As for the substance of the reported comments, the Authority considers that it was fair for the matter to be reported, but questions the fairness of the juxtaposition of the Dean’s and Ian Stewart’s edited comments because they could have created an adverse and inaccurate impression about the Dean. From the field tapes it is clear that Ian Stewart, to whom the comments were made, was led to believe that the Dean had denied making them at all. It is in response to that suggestion that Mr Stewart remarked that he was content to wait for judgment day to see who was lying and who was not. In fact, as the field tapes reveal, the Dean did not deny that he had made the comment about Samoan boys. The area of contention relating to the report, as is apparent from the field tapes, was whether or not the remarks had been audible to the choir boys. This the Dean denied.

The Authority upholds the complaint that the reporting of the "Samoan boys" comment was a breach of standard G4 because it conveyed an unfair imputation about the Dean’s account, and omitted to mention the context in which Dr White had reported the matter to the churchwarden. It also deals with this matter under standard G19 below.

13.    The programme misrepresented the reasons why the Dean terminated the interview, and implied that there was an improper relationship between him and Mr Rothel.

In his affidavit, the reporter noted that he had not disclosed Mr Rothel’s name until after the Dean had stood up to terminate the interview. TV3 denied that the programme contained any imputations concerning a relationship between the Dean and Mr Rothel. It suggested that there were remedies in defamation about any imputations which were claimed to have arisen.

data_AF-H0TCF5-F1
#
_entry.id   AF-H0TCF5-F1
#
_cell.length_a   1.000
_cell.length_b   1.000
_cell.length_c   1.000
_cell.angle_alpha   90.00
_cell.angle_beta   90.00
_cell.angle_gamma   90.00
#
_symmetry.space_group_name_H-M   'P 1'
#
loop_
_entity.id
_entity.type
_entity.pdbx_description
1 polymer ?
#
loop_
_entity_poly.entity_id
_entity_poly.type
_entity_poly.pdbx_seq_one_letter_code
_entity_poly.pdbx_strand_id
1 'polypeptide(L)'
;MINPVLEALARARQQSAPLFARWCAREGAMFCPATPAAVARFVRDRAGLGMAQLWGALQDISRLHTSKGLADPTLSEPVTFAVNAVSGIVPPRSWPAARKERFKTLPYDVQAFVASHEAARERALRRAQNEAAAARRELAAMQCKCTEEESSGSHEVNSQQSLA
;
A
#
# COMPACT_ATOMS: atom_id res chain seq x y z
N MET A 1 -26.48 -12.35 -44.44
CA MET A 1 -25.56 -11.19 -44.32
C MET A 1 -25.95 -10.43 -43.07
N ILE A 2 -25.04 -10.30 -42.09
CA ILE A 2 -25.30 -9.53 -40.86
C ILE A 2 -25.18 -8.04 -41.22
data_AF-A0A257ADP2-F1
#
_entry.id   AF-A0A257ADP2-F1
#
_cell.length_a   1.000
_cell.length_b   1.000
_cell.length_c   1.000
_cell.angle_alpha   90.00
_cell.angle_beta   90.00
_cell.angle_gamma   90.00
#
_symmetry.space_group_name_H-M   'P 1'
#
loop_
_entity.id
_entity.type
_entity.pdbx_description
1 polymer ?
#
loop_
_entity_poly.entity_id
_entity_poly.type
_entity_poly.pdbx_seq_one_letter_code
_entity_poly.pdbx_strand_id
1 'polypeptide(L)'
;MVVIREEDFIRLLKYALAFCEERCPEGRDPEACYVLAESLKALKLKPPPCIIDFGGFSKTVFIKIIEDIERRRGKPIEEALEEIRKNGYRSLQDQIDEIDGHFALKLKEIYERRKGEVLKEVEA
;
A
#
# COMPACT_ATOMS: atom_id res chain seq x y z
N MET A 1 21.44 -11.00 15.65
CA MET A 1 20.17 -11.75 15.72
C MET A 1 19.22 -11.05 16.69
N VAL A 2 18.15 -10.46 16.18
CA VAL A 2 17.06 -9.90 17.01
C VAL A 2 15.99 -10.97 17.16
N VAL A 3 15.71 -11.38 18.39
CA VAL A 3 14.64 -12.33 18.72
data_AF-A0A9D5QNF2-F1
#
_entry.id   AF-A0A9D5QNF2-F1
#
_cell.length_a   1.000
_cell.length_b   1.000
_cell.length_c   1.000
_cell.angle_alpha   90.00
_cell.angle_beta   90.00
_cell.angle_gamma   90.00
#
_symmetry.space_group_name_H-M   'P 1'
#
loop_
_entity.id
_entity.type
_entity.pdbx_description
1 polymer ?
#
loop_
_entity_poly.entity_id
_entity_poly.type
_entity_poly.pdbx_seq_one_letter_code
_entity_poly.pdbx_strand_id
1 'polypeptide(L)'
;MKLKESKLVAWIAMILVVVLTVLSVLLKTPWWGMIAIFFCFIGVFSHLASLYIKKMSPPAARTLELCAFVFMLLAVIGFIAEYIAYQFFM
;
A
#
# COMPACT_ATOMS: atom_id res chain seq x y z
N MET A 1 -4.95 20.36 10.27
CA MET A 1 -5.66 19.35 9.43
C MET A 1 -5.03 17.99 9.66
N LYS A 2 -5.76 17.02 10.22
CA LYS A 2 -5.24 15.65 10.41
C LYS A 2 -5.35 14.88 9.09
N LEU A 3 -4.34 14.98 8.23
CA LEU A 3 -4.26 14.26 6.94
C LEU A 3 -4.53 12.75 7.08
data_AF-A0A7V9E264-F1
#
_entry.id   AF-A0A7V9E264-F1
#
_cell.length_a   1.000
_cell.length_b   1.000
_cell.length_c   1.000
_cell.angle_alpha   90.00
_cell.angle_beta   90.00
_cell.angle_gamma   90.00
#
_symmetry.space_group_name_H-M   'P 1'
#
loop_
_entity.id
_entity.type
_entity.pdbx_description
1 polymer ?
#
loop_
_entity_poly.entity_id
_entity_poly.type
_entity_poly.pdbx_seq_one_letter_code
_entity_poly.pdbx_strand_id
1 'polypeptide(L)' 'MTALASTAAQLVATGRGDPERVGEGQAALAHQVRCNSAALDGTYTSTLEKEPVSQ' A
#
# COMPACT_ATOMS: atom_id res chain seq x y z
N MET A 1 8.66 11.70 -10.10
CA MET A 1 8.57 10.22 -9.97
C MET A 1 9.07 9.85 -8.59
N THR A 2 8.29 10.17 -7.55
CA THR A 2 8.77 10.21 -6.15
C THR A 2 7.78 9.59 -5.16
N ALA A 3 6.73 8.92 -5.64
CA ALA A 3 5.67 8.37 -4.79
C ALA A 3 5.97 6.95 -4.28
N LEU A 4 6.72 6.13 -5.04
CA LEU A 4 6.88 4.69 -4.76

The Dean contended that the misuse of that footage to suggest that he had personal reasons for not discussing Mr Rothel was malicious. The Diocese also contended that both the editing, and the reporter’s "gratuitous comment" when he asked the Dean why he was so "nervous" about Robert Rothel, were intended to support the impression that the Dean had a guilty secret to hide about himself and Mr Rothel. However, the Diocese continued, as the reporters well knew, the reason for the Dean’s terminating the interview was that Mr Rothel had asked for his identity to be protected, and the Dean had only walked out when Mr Rothel’s name had been mentioned.

In its final comment, TV3 maintained that it could not reasonably be argued that the programme had alleged that Mr Rothel was the Dean’s lover.

Again the Authority has had recourse to the unedited field tapes of the interview with the Dean, its termination and the aftermath, and the resumption of the interview some minutes later. It reaches the conclusion that the interview was edited for the programme in such a way as to give the impression that the Dean had something to hide when the subject of Mr Rothel was raised by the reporter. In fact, as the field tapes make clear, the Dean had already advised the reporter that he was aware that Mr Rothel had sought to protect his identity, and he did not wish to betray his confidence by discussing matters which could possibly identify him. It was for that reason that, when the subject of Mr Rothel was raised, the Dean walked out of the interview. The Authority also notes that the broadcast was edited to omit part of the exchange between the reporter and the Dean regarding the mention of Mr Rothel, thus creating an impression that the Dean had overreacted when the subject was raised.